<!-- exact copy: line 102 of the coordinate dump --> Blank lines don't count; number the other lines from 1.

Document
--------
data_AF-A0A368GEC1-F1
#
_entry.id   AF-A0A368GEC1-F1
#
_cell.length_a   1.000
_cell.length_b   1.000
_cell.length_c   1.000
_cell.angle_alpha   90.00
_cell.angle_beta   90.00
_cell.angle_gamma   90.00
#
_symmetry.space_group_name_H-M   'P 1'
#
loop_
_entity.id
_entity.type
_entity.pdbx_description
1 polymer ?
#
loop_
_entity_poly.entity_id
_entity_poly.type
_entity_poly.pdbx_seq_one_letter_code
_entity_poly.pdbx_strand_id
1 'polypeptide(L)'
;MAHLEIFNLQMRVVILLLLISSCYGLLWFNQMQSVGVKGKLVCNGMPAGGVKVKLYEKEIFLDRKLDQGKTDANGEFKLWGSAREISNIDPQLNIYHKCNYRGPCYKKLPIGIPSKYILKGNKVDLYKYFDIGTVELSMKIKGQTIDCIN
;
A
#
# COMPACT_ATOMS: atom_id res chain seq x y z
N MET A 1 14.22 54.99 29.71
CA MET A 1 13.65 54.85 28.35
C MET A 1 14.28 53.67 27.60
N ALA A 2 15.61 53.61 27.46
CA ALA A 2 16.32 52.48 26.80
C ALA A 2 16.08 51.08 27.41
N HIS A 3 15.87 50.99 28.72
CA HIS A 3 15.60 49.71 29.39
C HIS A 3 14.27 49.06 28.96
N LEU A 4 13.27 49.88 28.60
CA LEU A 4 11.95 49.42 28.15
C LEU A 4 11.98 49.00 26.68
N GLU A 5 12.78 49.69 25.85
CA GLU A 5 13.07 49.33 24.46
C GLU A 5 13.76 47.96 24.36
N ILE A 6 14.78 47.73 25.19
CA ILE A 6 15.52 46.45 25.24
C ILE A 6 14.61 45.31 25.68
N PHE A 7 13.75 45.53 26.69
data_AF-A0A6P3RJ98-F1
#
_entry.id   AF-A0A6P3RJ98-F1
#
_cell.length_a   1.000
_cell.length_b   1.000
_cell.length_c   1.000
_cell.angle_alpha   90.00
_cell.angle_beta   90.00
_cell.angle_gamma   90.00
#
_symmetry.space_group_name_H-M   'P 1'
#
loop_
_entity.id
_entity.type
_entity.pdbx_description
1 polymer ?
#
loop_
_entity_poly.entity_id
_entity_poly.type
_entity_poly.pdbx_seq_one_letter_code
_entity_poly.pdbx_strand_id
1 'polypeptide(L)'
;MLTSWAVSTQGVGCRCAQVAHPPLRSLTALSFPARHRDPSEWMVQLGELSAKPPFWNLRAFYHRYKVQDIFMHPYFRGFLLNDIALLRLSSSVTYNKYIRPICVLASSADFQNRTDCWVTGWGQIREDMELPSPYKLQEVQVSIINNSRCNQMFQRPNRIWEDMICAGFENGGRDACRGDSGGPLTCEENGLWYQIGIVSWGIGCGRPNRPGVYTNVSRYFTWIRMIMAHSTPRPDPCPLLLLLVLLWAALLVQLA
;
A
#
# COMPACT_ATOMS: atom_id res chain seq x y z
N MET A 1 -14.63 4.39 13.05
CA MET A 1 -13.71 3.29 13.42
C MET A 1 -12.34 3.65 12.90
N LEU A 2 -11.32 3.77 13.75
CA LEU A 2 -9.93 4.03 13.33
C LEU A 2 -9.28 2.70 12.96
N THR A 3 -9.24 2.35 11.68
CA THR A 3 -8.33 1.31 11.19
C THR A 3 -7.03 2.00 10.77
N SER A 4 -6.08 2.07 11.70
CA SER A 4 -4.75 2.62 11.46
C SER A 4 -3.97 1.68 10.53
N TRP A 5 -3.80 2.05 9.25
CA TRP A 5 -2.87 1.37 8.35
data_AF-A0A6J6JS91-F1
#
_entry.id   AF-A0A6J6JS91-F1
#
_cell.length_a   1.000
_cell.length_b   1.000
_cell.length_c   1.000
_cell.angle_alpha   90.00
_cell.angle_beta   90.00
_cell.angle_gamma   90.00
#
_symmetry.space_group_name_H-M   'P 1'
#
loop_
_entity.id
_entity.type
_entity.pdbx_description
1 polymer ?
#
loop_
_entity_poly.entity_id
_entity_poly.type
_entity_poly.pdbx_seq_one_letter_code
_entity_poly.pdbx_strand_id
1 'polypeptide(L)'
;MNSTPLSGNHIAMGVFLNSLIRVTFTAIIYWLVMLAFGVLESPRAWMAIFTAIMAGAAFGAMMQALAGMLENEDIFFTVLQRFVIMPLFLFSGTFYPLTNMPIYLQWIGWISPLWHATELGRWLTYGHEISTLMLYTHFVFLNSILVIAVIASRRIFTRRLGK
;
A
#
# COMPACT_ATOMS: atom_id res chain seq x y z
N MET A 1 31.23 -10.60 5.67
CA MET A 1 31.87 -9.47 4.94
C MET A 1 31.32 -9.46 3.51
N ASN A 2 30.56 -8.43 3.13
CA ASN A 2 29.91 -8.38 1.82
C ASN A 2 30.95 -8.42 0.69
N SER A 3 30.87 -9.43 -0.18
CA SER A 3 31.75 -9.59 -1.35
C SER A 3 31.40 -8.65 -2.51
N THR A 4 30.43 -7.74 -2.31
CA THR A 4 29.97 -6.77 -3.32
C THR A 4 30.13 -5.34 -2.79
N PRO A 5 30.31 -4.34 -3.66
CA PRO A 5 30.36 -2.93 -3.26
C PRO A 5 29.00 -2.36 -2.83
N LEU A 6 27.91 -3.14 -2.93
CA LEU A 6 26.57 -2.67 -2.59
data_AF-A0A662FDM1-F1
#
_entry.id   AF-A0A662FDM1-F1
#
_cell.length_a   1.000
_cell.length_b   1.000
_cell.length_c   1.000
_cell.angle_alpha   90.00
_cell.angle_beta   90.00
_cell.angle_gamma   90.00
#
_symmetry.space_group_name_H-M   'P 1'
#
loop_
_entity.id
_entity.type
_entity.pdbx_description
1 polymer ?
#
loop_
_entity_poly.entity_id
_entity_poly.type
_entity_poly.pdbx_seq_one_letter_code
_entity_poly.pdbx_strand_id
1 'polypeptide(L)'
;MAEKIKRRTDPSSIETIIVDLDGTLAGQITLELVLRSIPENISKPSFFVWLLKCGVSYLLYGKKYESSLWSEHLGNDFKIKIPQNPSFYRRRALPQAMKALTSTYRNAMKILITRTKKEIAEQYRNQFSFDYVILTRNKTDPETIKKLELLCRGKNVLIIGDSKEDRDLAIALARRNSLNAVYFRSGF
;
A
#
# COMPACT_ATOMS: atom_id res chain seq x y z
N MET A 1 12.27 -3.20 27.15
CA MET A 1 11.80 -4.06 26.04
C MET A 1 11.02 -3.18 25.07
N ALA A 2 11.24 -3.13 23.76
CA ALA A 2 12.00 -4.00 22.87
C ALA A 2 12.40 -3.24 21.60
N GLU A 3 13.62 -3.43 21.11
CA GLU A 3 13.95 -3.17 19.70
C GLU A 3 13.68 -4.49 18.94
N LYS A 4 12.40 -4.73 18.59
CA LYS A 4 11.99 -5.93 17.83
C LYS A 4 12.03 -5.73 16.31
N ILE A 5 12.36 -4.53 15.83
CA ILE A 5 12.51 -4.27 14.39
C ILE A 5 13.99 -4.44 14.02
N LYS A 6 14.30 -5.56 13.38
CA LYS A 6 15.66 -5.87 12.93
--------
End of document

_cell.angle_beta   90.00